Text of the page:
“Limited re-regulation is the only long-term solution for an industry
that is continually seeking government assistance,” said IAM General Vice
President Robert Roach, Jr., at a Senate Commerce Committee hearing on the state of the airline industry. “This industry is simply unable to turn away from pricing its product below the cost of providing it, further
perpetuating the chaotic spiral that brings us here today.”
This is absurd. Re-regulating the airlines economically is liking being a little pregnant. Once the government gets their dirty hands back in regulating the industry, they aren’t going to be happy with just a little bit of regulation. They’ll want the whole enchilada.
What needs to be done is to have executives and labor get together and start working as a team, not as enemies. Some of the salaries and benefits paid to labor are absurd. Executives, too, needs to have their salaries and perks reduced. It’s absurd for an airline to lose money year-after-year yet have its senior management makes hundreds of thousands, if not over a million, dollars a year in salary and stock.
But in no case should the government re-regulated the industry. Capitalism will take care of it - the weak will die off and the strong will survive.
Just my opinion - any other thoughts on this article?
That is one of the most naive statements I’ve ever heard. When in the history of American labor unions has that ever happened?
Airlines are one of the most highly regulated industries in this country. Safety, pilots, landing slots, planes, fees, labor contracts, communications, crew medical qualifications, inspections, electronic device use, seat belts, fuel handling, waste disposal, carry-ons, baggage contents, certifications, training and a few thousand other items all have economic impact in todays highly regulated airline environment. About the only important thing that isn’t regulated is fares, and the airlines have done an amazingly poor job of self-regulating those. Not that I prefer the government to do it, but they would be hard pressed to do it any worse.
Not sure how you can say that Kaiser has good union relationships unless you don’t count the nurses strikes in 1992, 1997, 1998 and 2002 that I recall and others that I don’t recall.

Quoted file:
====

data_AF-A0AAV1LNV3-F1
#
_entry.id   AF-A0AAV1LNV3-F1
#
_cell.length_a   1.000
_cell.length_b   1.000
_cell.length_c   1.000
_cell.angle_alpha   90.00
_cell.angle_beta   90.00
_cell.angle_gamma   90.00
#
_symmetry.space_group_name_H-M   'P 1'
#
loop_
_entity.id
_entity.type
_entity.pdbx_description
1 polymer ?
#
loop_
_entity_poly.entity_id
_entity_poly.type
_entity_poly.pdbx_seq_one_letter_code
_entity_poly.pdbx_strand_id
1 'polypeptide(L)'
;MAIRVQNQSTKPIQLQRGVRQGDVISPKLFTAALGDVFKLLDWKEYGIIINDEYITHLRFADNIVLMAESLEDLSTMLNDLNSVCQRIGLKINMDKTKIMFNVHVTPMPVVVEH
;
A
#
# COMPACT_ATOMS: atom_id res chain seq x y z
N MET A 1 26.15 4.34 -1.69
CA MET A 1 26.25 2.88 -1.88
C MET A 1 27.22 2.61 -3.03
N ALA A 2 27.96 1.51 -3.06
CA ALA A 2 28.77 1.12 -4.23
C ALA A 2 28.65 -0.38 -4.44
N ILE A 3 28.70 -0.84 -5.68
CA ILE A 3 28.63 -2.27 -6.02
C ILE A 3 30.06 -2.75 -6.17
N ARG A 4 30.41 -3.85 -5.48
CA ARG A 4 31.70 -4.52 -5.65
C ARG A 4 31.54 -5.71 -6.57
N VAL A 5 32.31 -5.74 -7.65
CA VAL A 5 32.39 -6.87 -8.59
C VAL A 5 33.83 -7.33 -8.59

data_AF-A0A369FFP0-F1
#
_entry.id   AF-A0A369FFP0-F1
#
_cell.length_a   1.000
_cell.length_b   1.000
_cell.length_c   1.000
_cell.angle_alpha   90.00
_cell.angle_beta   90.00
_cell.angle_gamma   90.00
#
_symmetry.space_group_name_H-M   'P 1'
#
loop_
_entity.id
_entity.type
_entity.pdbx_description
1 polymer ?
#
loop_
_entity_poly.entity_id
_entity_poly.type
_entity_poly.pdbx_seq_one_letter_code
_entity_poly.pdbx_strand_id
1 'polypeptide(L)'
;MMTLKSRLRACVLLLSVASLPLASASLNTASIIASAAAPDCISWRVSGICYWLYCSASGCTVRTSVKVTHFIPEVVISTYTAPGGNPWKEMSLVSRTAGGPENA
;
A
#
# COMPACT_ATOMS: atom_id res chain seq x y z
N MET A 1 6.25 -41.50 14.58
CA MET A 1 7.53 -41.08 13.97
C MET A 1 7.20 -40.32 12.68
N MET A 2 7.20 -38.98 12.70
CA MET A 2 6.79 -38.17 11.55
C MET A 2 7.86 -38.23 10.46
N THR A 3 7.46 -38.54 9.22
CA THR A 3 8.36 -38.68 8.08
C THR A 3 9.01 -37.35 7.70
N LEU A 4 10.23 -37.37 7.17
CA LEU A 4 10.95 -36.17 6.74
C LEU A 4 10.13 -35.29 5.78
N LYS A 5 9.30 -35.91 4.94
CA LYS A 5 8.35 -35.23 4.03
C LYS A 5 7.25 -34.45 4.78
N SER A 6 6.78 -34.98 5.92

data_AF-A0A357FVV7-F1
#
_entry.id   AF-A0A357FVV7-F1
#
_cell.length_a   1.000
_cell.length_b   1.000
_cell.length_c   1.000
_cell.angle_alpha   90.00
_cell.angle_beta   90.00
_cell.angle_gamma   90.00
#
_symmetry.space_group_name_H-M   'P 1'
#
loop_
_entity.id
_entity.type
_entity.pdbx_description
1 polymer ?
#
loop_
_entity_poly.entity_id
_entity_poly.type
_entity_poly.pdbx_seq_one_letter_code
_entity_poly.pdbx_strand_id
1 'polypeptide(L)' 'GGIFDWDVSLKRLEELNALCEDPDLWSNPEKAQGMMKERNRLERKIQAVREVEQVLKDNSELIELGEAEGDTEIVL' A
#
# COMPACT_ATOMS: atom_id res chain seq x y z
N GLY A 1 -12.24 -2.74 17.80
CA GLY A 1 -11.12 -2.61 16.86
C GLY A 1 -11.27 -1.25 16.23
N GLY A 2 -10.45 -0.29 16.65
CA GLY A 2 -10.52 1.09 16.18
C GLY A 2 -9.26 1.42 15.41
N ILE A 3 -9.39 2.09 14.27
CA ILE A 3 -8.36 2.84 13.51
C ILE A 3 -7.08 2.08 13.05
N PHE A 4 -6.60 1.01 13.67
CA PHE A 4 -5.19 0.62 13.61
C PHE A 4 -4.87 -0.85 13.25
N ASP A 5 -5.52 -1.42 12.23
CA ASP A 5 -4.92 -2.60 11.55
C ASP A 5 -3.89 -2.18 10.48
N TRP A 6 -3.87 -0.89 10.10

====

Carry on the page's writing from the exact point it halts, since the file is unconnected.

World peace, clean water, healthy food and good health care for all also need to happen, but it would be naive to believe that it will happen, just as it is naive to believe that unions and management will cooperate.
Yeah, the SWA relationship with the unions is just peachy-keen. Like, for example this love letter from the head of the flight attendent’s union in 2004:
In the story “Southwest CEO Lands In Hot Seat,” regarding Southwest Airlines Chief Executive Jim Parker’s low approval ratings on the Forbes.com poll, there are a few issues that should be clarified.
As president of Transport Workers Union Local 556, which represents the Southwest Airlines flight attendants, I was quoted as saying that management had refused to meet with the union to negotiate further. The company’s eloquent response was, “Baloney, we gave them our best offer, and they barely looked at it.” Our union negotiating team has carefully considered and analyzed management’s “best offer” and has prepared a counteroffer.
While the federal mediator has not scheduled any further meetings, our union has offered to return to the bargaining table several times. Management has not taken us up on our request to continue negotiations, and has insisted that they would only return to the table to discuss releasing their “best” offer for a vote.
The company also stated, “They wouldn’t even let their members see it.” This statement is also false. Management released their “best” offer to our members a few days after the last mediated bargaining session in an attempt to bypass the union and bargain directly with our members–a blatant violation of the Railway Labor Act. The union responded by releasing a comparison of both the union and management offers for our members to consider. The response from our members to management’s offer and direct-bargaining attempts has been overwhelmingly negative, as evidenced by the Forbes.com poll. Management’s goal was to force a vote on their substandard “best” offer, and our members have overwhelmingly rejected their tactics.
It should be noted that airline analyst Glenn Engel, who freely offers his opinion of the flight attendant negotiations, refused to meet with members of the flight attendant negotiating team a few weeks ago when they traveled to Wall Street to update analysts on the current state of negotiations.
Southwest Airlines has taken the stand that a “small group of people” is trying to smear Jim Parker, when on Feb. 13, over 1,200 flight attendants protested nationwide after over two years of trying to negotiate the same fair work rules, benefits and compensation that all other work groups at Southwest Airlines have negotiated. While protests like these may not have moved negotiations forward, it would seem that Mr. Parker would notice that the airline’s largest and most visible work group has also become the angriest and most frustrated.
The union remains committed and available to meet with management at any time to settle this dispute, hopefully before labor relations and the legendary Southwest culture are damaged beyond repair. The contract will be resolved when we return to the negotiating table, not through public posturing and direct bargaining. The outstanding flight attendants of Southwest Airlines deserve to be treated as well as we treat our passengers. Mr. Parker, we are ready to bargain, but since our phone is not ringing, it must be you.
Everyone knows that Machinists Union figureheads really know a lot about the airline industry. I mean, they have BA degrees in Political Science! What else would you possibly need to tell the airlines AND the federal government how to run one of its most important industries?